TULSA, Okla. — Green Country families can soon check out free, monthly Black history seminars in north Tulsa created to educate and empower.
1921 Tulsa Race Massacre descendent and Greater Tulsa African-American Affairs Commission member Kristi Williams wants to help Green Country families strengthen what they know about Black history.
“I just thought about all those children who will not get to learn their history,” she told FOX23 Friday.
Starting in February, Williams is launching ‘Black History Saturdays’ at EduRec in north Tulsa.
Williams has been working on this project for years, but tells me House Bill 1775, also known as the “critical race theory bill,” was a big motivator.
Williams explained, “instead of just fighting this and wearing myself out about fighting in this state, why not just create a space for educators and children and parents and community where they can come and learn Black history.”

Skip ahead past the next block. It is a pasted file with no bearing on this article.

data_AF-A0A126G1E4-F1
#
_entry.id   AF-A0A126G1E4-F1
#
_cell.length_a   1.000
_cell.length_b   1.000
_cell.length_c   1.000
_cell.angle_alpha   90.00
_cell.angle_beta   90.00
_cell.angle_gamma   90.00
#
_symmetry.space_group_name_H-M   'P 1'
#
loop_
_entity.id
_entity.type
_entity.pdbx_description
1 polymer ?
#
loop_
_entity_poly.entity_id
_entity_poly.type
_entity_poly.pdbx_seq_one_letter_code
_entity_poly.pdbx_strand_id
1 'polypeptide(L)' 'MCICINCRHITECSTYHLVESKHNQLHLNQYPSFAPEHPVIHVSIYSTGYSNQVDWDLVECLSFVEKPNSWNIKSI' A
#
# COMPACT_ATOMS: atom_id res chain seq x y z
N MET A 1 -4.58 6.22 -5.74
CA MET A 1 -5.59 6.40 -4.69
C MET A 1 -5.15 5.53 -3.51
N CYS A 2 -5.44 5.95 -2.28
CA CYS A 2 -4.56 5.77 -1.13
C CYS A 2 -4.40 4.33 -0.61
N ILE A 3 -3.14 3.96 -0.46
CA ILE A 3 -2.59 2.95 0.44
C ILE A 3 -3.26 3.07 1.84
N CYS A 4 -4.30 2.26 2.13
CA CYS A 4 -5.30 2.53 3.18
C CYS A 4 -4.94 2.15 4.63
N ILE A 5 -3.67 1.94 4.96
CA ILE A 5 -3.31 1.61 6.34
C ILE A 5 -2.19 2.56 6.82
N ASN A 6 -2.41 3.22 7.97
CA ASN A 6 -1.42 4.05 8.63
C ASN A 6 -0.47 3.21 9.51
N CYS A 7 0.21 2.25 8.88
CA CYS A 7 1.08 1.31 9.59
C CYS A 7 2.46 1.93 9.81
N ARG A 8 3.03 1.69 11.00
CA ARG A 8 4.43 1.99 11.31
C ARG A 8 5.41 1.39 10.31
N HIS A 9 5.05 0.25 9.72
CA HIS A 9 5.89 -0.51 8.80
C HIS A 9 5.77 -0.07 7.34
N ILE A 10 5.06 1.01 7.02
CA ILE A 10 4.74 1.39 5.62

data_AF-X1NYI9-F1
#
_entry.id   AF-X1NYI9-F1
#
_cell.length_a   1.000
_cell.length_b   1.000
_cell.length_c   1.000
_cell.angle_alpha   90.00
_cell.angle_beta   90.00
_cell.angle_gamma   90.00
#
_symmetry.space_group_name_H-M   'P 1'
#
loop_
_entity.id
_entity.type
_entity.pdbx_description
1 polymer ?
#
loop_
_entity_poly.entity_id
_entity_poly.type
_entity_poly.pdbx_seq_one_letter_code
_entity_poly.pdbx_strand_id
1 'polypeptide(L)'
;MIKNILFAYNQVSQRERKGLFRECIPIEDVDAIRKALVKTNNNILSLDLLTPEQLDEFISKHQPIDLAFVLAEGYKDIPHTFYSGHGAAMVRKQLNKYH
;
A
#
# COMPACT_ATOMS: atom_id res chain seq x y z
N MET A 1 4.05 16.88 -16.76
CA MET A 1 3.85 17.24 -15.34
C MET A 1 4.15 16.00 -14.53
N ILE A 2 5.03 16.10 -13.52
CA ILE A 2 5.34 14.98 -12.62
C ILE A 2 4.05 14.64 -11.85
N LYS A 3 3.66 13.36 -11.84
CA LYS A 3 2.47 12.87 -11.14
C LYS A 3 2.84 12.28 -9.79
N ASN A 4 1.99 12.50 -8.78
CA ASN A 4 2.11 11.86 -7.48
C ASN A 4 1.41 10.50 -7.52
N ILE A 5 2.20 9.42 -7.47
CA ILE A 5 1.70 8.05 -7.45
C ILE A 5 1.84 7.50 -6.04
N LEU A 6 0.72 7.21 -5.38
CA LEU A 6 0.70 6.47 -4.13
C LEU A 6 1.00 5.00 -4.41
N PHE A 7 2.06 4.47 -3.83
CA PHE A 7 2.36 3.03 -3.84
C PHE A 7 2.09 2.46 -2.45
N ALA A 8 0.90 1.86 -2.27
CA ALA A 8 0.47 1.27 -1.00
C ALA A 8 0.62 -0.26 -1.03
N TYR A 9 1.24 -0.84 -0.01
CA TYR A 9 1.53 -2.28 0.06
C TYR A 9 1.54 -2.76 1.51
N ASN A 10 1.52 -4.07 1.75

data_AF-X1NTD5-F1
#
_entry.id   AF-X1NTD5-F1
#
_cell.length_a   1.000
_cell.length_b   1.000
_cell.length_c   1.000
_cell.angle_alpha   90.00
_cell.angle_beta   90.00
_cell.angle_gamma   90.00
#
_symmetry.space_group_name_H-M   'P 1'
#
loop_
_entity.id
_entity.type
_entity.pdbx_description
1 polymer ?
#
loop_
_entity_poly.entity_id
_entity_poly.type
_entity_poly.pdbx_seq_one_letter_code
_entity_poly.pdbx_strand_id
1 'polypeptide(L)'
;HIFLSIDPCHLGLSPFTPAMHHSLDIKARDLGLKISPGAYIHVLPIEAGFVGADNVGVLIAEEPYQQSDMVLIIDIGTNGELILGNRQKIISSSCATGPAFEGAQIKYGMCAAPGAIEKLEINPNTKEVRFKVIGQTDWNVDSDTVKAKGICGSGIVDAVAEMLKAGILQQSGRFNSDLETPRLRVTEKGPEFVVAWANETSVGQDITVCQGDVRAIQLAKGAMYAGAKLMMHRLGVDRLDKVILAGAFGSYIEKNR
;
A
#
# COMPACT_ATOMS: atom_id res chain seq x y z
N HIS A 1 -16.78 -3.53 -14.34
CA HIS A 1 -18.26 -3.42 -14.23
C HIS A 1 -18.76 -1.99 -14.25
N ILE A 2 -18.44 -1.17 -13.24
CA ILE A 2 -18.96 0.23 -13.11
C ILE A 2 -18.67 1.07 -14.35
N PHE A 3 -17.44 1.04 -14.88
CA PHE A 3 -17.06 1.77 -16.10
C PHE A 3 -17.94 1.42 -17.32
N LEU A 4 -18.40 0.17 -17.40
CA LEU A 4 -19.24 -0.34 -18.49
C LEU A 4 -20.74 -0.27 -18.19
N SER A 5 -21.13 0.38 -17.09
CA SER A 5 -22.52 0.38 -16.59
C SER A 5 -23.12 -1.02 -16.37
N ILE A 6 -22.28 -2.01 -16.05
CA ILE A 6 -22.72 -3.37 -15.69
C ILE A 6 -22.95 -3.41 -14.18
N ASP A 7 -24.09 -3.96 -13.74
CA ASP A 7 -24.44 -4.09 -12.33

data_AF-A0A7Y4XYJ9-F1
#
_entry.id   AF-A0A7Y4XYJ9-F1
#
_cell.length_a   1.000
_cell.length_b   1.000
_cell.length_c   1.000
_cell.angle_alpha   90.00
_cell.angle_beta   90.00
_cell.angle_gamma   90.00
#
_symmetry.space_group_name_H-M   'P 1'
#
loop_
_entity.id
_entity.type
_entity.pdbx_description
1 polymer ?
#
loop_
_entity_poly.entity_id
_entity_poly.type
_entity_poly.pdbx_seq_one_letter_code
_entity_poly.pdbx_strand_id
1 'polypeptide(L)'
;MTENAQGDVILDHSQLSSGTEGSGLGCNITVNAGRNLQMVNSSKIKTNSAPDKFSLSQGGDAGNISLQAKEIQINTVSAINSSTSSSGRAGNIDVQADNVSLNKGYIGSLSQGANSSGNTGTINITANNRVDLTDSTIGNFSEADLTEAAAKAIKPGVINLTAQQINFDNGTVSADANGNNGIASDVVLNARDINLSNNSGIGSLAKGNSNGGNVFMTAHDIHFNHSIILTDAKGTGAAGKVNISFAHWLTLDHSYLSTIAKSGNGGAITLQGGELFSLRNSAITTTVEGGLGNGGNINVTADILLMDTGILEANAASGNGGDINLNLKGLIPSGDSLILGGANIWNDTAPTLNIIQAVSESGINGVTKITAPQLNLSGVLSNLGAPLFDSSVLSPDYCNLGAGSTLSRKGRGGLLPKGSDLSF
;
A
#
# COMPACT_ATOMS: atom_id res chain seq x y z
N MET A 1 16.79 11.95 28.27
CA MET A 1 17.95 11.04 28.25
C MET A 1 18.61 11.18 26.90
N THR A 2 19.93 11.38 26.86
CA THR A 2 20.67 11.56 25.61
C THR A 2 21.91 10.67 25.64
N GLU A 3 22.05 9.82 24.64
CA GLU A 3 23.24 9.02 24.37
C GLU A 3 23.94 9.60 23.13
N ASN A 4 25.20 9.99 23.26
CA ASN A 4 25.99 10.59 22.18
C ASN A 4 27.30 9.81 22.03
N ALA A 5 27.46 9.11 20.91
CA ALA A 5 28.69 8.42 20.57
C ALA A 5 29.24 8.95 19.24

Black History Saturdays are free, once-a-month, five-hour seminars for children in Pre-K through adults that will focus on the past, present and future. Each session has 120 spots split up by age, taught by eight teachers including Tulsa District 1 City Councilor Vanessa Hall Harper and Tulsa University Assistant Professor Dr. Alicia Odewale.
Curriculum comes partly from ‘The 2892 Miles to Go: Geographic Walk for Justice.’ Topics will include entrepreneurship, archaeology, how to find family history and the importance of verbal storytelling.
“It gives a good sense of pride when you learn about who you are and that your history did not start with slavery,” she said. “It is something that lights your soul up.”
The first Black History Saturday is set for Feb. 4 at EduRec in north Tulsa. The monthly seminars will run for nine months through November. Breakfast and lunch will be served.
You can sign up here.
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